The second biggest sales objection is a resistance to tracking staff – this revolves around union's concerns (both real and anticipated), and staff's feelings of Big Brother and a resulting lack of privacy. Like the first objection, this one can be overcome with some explanation and education.
The most critical issue in selecting an RTLS is resolution or positional accuracy (besides cost). Quick and dirty zone level accuracy is fine for most asset tracking applications. But clinical applications like nurse call automation or alarm notification (you know, like- where is that ambulatory patient in VTAC?) require room level accuracy. Logistics applications for emergency and perioperative departments also require greater than zone level accuracy. Patient flow applications like Awarix and StatCom use position data to automate transactions and document workflow. I'm not saying you can't get better than zone level accuracy from a WiFi based RFID system, you can. But you certainly won't get it from a network with only passable coverage and access points thrown up every 100 meters.
InnerWireless makes a “room level” claim (95% assured) with Spot, and has done testing down to the 1 to 3 foot range. One of InnerWireless' greatest strengths is their in-building RF engineering expertise, taking in to account things like RF propagation through walls and objects (food carts, carts full of saline solution, etc.) found in a hospital. They've done their best to leverage that strength to create an indoor positioning system that delivers optimal accuracy – and maybe overcomes some of the inherent limitations in the 2.4 GHz band.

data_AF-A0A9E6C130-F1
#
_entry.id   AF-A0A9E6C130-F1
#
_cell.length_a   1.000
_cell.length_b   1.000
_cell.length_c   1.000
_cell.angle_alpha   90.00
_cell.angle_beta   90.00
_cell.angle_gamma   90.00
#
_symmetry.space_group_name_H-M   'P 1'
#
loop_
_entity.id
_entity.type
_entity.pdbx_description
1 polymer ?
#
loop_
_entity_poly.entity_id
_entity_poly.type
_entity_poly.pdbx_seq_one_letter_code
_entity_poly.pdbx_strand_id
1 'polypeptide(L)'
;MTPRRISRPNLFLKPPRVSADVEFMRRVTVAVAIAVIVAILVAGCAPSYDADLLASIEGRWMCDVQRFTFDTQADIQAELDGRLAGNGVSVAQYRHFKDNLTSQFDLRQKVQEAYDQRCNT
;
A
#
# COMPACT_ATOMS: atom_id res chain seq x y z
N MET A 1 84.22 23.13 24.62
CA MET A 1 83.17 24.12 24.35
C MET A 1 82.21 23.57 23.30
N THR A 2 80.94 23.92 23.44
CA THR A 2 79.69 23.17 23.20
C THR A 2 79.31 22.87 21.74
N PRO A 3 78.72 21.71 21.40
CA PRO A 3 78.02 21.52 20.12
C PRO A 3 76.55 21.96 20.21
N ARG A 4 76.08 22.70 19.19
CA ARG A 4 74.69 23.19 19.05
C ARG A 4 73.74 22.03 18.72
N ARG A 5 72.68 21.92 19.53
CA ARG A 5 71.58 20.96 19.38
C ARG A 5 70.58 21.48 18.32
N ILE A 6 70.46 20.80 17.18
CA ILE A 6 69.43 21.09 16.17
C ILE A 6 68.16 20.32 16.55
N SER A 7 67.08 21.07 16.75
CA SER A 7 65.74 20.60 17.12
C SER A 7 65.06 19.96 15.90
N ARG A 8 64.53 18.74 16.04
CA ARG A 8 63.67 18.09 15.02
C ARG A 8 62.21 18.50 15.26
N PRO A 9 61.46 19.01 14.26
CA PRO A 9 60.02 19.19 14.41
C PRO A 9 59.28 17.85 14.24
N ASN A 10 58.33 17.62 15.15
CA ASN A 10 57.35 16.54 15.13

Pictured right is someone installing a “lick and stick” beacon.
DISCLOSURE: InnerWireless arranged the conference call that resulted in this post (and they provided the snazzy photo too – a real plus!). Since they're about to release their Spot system I thought the topic was newsworthy enough for the blog. I was not paid for this post, nor would I accept remuneration for any writing here. (I have thought about selling ads or sponsorships.)
I welcome calls and the occasional press release from any vendor or provider who'd like to chat about products, their experience and/or the industry. As long as the result is informative and newsworthy (and I have the time), it will most likely make it into a post. I assume that everything discussed is confidential unless it's
understood up front to be public; I'll ask permission if I want to
write a post about it.
This site gets between 300 and 400 visitors per day now, has over 200 people who subscribe to emails or RSS, and has an average visit length of between 2:30 and 3 minutes. And of course my readers are the smartest people in the industry.
UPDATE: Here's a technical article on ZigBee that might interest the rocket scientists out there (it's over my head). The story does raise the perennial IT system question about scalability – a topic I wish I'd asked about during my call with Tom and Chris. Perhaps someone can comment on that topic in respect to InnerWireless' Spot system specifically, and ZigBee in general.